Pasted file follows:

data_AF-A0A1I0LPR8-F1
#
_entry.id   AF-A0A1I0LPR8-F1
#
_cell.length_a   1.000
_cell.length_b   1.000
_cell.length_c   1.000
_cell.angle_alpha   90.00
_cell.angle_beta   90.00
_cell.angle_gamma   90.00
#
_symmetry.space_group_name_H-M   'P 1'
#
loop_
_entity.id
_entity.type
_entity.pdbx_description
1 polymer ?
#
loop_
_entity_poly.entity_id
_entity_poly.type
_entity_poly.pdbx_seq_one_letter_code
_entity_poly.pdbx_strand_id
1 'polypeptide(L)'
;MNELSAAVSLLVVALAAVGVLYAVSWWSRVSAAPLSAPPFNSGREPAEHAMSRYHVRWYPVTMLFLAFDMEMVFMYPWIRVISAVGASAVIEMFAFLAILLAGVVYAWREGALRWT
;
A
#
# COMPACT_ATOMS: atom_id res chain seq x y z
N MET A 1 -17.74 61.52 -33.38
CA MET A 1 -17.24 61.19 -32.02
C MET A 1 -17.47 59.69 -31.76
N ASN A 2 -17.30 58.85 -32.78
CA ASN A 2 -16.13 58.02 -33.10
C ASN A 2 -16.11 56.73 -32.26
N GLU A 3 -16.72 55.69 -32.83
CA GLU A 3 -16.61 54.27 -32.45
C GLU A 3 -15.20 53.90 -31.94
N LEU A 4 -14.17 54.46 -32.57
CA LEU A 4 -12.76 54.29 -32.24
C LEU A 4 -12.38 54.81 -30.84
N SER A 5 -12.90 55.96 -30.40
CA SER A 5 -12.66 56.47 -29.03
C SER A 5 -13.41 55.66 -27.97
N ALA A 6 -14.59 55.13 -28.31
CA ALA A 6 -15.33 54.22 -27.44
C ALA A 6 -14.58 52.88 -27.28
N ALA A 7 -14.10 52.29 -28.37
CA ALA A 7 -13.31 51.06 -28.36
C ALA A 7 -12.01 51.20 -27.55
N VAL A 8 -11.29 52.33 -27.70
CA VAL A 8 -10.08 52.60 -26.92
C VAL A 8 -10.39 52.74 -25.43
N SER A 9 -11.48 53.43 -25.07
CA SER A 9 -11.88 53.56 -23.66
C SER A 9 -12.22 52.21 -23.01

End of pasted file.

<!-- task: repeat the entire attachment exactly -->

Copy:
data_AF-A0A1I0LPR8-F1
#
_entry.id   AF-A0A1I0LPR8-F1
#
_cell.length_a   1.000
_cell.length_b   1.000
_cell.length_c   1.000
_cell.angle_alpha   90.00
_cell.angle_beta   90.00
_cell.angle_gamma   90.00
#
_symmetry.space_group_name_H-M   'P 1'
#
loop_
_entity.id
_entity.type
_entity.pdbx_description
1 polymer ?
#
loop_
_entity_poly.entity_id
_entity_poly.type
_entity_poly.pdbx_seq_one_letter_code
_entity_poly.pdbx_strand_id
1 'polypeptide(L)'
;MNELSAAVSLLVVALAAVGVLYAVSWWSRVSAAPLSAPPFNSGREPAEHAMSRYHVRWYPVTMLFLAFDMEMVFMYPWIRVISAVGASAVIEMFAFLAILLAGVVYAWREGALRWT
;
A
#
# COMPACT_ATOMS: atom_id res chain seq x y z
N MET A 1 -17.74 61.52 -33.38
CA MET A 1 -17.24 61.19 -32.02
C MET A 1 -17.47 59.69 -31.76
N ASN A 2 -17.30 58.85 -32.78
CA ASN A 2 -16.13 58.02 -33.10
C ASN A 2 -16.11 56.73 -32.26
N GLU A 3 -16.72 55.69 -32.83
CA GLU A 3 -16.61 54.27 -32.45
C GLU A 3 -15.20 53.90 -31.94
N LEU A 4 -14.17 54.46 -32.57
CA LEU A 4 -12.76 54.29 -32.24
C LEU A 4 -12.38 54.81 -30.84
N SER A 5 -12.90 55.96 -30.40
CA SER A 5 -12.66 56.47 -29.03
C SER A 5 -13.41 55.66 -27.97
N ALA A 6 -14.59 55.13 -28.31
CA ALA A 6 -15.33 54.22 -27.44
C ALA A 6 -14.58 52.88 -27.28
N ALA A 7 -14.10 52.29 -28.37
CA ALA A 7 -13.31 51.06 -28.36
C ALA A 7 -12.01 51.20 -27.55
N VAL A 8 -11.29 52.33 -27.70
CA VAL A 8 -10.08 52.60 -26.92
C VAL A 8 -10.39 52.74 -25.43
N SER A 9 -11.48 53.43 -25.07
CA SER A 9 -11.88 53.56 -23.66
C SER A 9 -12.22 52.21 -23.01